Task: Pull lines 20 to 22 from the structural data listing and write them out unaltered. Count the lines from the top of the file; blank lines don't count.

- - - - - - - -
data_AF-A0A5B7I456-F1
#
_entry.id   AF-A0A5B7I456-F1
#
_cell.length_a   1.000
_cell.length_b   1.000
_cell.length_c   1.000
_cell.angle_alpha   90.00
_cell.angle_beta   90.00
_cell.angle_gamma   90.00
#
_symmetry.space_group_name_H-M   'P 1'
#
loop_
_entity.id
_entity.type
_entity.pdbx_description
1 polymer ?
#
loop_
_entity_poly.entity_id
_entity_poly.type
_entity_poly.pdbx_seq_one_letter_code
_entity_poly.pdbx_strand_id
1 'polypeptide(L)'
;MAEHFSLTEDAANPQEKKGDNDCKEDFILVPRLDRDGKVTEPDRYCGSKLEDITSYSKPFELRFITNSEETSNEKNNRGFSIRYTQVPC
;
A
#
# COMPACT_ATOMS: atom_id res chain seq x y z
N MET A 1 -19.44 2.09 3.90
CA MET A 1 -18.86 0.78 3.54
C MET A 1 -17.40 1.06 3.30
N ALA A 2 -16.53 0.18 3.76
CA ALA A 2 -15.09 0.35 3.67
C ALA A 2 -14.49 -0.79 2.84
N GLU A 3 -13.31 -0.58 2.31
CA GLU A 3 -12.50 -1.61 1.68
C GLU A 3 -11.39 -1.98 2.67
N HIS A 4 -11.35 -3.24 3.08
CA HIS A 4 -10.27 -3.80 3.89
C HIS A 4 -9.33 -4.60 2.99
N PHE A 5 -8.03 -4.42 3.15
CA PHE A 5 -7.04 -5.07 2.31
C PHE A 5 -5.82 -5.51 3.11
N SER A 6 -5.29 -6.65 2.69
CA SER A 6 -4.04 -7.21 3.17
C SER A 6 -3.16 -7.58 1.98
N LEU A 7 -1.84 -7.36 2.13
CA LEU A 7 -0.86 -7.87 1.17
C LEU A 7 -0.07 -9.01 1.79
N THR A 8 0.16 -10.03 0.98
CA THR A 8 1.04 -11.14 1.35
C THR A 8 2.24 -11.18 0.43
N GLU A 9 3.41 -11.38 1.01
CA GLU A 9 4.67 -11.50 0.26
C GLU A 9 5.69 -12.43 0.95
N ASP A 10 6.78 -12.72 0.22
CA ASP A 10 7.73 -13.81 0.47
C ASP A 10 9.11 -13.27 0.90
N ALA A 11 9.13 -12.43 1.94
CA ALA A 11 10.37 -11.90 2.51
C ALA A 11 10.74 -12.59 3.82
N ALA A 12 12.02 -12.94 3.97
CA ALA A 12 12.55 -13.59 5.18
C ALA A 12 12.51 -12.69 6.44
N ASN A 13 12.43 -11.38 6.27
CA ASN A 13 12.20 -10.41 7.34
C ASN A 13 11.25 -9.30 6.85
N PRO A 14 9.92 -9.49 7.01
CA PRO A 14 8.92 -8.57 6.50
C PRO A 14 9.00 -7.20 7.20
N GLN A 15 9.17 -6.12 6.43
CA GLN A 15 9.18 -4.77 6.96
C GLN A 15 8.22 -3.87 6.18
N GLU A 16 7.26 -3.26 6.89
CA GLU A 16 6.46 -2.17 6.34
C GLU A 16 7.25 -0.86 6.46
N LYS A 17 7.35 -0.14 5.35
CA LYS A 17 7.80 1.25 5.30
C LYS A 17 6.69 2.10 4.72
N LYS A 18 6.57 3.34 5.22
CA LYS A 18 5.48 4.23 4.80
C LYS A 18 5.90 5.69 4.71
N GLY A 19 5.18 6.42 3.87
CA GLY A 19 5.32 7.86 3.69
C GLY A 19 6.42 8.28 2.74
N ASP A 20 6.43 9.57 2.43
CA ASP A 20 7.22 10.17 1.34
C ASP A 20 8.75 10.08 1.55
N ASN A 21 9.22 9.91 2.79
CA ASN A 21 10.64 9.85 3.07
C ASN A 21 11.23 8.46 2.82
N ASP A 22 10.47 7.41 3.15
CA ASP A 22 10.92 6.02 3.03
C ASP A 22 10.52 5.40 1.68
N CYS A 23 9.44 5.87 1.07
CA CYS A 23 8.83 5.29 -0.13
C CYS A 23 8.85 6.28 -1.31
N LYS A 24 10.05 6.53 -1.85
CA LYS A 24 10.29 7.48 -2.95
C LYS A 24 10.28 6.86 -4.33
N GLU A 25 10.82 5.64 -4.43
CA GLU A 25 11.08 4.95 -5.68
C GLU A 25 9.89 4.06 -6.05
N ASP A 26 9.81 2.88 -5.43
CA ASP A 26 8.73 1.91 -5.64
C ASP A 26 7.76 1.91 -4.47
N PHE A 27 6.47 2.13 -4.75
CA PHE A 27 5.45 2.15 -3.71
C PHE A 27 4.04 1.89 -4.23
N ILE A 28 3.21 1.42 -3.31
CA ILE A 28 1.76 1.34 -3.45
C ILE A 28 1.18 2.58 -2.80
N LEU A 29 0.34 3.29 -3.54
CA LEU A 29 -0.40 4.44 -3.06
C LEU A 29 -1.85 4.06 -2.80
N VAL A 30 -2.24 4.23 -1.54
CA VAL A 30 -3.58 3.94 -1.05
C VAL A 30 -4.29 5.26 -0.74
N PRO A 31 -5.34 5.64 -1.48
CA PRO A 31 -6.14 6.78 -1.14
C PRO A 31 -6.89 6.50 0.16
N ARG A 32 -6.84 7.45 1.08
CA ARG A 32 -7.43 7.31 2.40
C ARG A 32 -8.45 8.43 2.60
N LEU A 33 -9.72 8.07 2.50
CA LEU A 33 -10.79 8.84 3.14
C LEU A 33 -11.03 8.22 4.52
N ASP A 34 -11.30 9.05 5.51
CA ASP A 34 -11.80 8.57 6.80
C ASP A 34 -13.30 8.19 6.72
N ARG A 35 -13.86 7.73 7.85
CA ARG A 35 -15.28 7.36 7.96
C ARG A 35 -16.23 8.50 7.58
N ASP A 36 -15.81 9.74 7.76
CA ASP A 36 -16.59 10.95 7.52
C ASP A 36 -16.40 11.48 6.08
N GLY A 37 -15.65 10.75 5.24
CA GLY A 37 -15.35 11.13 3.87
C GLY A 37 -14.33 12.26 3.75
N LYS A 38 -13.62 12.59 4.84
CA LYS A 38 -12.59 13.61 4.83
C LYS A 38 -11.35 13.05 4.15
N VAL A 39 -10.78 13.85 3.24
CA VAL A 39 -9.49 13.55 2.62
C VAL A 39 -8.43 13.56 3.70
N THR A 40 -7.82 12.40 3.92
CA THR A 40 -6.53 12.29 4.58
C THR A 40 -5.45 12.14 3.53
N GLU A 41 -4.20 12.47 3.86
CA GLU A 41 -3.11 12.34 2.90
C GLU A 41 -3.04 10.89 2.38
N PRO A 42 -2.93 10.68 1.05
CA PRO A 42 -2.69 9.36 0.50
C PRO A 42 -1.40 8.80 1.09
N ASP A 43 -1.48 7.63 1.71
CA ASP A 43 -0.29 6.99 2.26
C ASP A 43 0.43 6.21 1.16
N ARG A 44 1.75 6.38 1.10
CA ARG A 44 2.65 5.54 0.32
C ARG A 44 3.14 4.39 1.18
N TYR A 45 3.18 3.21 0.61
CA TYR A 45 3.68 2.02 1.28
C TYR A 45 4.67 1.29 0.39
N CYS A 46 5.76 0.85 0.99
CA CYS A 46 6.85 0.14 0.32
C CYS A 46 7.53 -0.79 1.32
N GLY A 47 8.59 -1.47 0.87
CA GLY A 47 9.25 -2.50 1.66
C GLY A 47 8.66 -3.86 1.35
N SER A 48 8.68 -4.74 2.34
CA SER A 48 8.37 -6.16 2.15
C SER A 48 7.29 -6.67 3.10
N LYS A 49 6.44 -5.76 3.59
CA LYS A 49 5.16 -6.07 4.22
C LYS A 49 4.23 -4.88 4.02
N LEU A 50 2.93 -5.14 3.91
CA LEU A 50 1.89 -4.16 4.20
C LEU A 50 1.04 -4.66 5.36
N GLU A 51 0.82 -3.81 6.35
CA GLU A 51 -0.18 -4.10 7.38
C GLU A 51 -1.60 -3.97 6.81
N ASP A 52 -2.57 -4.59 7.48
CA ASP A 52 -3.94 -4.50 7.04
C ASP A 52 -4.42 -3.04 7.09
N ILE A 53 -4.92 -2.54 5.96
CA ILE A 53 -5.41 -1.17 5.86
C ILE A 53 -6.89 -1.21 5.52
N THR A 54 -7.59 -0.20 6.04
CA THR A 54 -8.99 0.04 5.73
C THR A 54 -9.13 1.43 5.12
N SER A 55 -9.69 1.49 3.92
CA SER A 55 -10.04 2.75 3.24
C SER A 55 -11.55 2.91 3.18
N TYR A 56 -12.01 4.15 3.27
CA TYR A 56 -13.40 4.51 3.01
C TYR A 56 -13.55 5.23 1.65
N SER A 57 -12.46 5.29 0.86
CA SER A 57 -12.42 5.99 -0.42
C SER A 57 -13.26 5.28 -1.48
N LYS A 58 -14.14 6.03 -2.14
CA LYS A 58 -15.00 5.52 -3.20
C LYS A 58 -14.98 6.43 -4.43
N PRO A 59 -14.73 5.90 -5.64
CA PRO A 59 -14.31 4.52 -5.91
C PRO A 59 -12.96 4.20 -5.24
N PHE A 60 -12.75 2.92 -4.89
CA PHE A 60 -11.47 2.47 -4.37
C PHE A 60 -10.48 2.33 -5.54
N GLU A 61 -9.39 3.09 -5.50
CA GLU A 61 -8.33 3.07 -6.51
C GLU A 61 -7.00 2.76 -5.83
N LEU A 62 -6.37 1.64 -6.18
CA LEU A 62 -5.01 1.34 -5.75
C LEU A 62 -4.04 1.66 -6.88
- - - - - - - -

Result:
loop_
_entity_poly.entity_id
_entity_poly.type